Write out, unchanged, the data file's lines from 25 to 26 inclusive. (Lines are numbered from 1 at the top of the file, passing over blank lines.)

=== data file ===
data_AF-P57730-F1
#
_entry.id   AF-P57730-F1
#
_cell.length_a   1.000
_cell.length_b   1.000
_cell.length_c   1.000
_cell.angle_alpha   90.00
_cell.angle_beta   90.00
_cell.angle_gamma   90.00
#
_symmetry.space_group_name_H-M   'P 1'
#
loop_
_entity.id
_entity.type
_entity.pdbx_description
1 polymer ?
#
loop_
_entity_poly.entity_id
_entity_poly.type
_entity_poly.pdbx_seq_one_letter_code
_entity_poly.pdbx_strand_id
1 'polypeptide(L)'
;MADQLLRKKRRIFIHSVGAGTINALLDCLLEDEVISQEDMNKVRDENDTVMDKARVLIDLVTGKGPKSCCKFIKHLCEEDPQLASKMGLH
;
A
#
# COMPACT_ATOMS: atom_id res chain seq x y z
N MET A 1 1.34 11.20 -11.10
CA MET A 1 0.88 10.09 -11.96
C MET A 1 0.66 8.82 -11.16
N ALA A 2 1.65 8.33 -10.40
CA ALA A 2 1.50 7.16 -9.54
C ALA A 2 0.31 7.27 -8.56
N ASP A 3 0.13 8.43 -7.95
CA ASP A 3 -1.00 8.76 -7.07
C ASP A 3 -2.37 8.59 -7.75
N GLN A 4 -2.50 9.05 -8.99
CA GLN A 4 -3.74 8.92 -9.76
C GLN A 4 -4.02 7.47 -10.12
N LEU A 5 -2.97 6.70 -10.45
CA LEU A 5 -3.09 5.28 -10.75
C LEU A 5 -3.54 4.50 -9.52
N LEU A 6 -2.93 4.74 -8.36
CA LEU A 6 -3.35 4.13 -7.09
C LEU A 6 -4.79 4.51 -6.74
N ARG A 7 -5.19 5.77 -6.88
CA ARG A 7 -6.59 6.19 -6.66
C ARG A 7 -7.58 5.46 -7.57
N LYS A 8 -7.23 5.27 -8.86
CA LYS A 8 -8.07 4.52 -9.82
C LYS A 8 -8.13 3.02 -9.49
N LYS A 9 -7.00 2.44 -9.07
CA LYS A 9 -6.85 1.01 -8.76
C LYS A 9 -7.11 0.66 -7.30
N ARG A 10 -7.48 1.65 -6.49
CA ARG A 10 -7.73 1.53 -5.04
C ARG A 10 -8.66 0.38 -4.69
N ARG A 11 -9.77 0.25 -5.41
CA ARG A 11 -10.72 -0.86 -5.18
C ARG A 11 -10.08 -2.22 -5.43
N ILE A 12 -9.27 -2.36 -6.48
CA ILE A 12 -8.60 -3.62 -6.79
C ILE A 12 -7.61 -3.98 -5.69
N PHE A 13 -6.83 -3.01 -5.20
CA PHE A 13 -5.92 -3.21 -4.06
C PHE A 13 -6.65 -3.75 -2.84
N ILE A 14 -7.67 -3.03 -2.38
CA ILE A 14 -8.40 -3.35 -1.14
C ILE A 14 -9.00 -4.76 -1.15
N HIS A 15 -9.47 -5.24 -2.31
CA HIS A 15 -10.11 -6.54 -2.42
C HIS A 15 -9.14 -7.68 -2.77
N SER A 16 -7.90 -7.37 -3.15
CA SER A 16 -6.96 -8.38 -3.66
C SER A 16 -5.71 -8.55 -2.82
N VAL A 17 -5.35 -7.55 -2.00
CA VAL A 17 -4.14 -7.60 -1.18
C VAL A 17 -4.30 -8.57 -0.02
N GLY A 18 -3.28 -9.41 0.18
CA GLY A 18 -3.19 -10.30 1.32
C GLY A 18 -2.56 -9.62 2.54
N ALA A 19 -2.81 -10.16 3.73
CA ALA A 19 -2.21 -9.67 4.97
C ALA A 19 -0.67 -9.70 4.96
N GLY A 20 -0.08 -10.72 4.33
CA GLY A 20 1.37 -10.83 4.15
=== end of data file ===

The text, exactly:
1 'polypeptide(L)'
;MADQLLRKKRRIFIHSVGAGTINALLDCLLEDEVISQEDMNKVRDENDTVMDKARVLIDLVTGKGPKSCCKFIKHLCEEDPQLASKMGLH